Hard to Pigeonhole

‘Troopergate’ brought more drama than Jeffrey M. Feldman expected

Published in 2009 Alaska Super Lawyers magazine

By Amanda Coyne on September 1, 2009


Until Sen. John McCain chose his vice presidential candidate last year, the probe into then-Gov. Sarah Palin’s firing of Alaska’s public safety commissioner seemed like a small investigation by a state legislature. 

Jeffrey Feldman just wanted to make sure his client, Walter Monegan—the terminated commissioner—was protected during the process. But in August 2008, “Troopergate” ended up in living rooms across the country. Feldman was in the thick of things—a natural place for him to be. Mention Feldman’s name in a group of Alaska lawyers and you’re likely to hear words like “respected” and “smart.” Former state Rep. Ethan Berkowitz adds one that a casual conversation with the unassuming Feldman might not suggest: “formidable.” 

“He isn’t showy,” acknowledges Berkowitz, “but he strikes fear in his opponents. He’s the Swiss Army knife of Alaska lawyers.” 

Alaska draws its share of big characters with big personalities. Its legal establishment can be particularly, well, Alaskan. Feldman, a trial and appellate attorney with Feldman Orlansky & Sanders in Anchorage, prefers the understated. “I don’t kill things. I don’t fly an airplane,” he says. “To tell you the truth, I’d much rather sit by a stream and read a book or paint with watercolors. I’m definitely not a Jack London kind of guy.”

When Feldman, a Rhode Island native, came to Alaska with a fresh law degree from Northeastern University in Boston, he got the chance to explore uncharted legal territory in a state only 16 years old. “I was able to read every Alaska Supreme Court decision,” he says. “I’m sure there was no other place in the country where a young lawyer could do that.” 

What keeps him excited is the range of cases. Feldman has represented some of the world’s biggest corporate clients, such as oil company BP, DaimlerChrysler, and pharmaceutical company Purdue Pharma. But he also takes cases off the street. Clients have ranged from accused murderers to public-interest groups. He also uses his abilities as a lawyer to assist Democratic politicians and progressive causes.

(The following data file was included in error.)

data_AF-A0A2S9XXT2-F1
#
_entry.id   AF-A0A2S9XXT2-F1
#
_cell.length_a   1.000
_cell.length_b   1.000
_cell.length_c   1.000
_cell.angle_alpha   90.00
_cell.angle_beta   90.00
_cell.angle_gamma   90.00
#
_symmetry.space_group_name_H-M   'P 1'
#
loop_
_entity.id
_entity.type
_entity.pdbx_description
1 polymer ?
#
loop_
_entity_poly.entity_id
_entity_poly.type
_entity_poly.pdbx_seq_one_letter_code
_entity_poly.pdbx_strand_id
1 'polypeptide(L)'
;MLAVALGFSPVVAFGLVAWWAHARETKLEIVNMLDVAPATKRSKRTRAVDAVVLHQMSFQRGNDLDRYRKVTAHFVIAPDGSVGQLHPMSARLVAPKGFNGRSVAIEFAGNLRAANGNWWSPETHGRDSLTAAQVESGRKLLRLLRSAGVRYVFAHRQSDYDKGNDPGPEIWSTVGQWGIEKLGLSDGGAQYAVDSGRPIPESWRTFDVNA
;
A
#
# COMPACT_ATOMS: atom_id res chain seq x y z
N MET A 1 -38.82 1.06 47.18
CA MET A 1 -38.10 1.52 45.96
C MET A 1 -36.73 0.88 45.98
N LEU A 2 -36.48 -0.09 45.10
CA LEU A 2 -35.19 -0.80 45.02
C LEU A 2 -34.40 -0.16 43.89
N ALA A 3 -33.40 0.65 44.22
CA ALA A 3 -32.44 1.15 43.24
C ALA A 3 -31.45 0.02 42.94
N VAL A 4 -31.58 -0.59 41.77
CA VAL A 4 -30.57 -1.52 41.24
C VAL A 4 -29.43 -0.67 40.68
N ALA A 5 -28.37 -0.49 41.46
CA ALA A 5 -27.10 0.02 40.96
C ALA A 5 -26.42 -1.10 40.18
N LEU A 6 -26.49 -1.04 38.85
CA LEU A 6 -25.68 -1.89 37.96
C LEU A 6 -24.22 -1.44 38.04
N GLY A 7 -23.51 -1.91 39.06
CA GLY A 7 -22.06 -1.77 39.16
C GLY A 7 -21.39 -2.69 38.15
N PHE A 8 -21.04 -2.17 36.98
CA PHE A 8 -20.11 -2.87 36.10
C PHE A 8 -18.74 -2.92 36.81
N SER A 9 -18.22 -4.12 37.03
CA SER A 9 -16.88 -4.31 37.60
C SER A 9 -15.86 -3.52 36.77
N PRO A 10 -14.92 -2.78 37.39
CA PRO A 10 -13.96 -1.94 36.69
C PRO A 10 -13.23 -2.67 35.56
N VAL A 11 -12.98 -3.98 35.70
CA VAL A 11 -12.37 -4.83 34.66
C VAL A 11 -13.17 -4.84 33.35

Feldman is all over the map. “I’m not sure if that’s because I’m thoroughly undisciplined when it comes to taking cases,” he says, “or whether my interests are fairly eclectic. I don’t think doctors should make decisions on what patients they want to treat based on certain criteria, and neither should lawyers.”

The firm’s pro bono work is equally assorted and has won recognition over the years. Feldman decided he wanted to help inmates awaiting death sentences.

“It dawned on me that, if I were a doctor and I saw someone knocked down on the street, I’d go over and try to save that person’s life without thinking if that’s something I should be doing,” he says. “It seemed to me that, as a lawyer, accepting a death-row case was the equivalent.”

But in 2003, Feldman couldn’t take on such an appeal because he was in the middle of an intense trial in which fishing processors, including his client Trident Seafoods, had been accused by fishermen of price-fixing. 

After that lengthy (and successful) trial ended, the American Bar Association’s Death Penalty Representation Project hooked him up with Elroy Chester from Texas, convicted in the murder of an off-duty firefighter in Beaumont, Texas. Feldman is arguing that Chester is mentally retarded and thus exempt from the death penalty. 

For sheer drama, Troopergate brought more than its share into Feldman’s life. A bipartisan legislative investigation found that Palin had abused her power by firing Monegan after he refused to terminate a state trooper divorced from Palin’s sister. But after the scandal escalated, another probe—requested by the personnel board, which was appointed by Palin—found no wrongdoing. Feldman says he is no judge, but he believes there was “substantial evidence” for the first finding. Probably no other case will prompt an offer to fly himself, his client and their spouses to New York for an appearance on NBC’s Today show. 

Still, of the thousands of clients he’s had, Chester is the one he’s lost sleep over. 

“There’s a guy in Texas who will die if we can’t figure out a way to make it right,” he says. 

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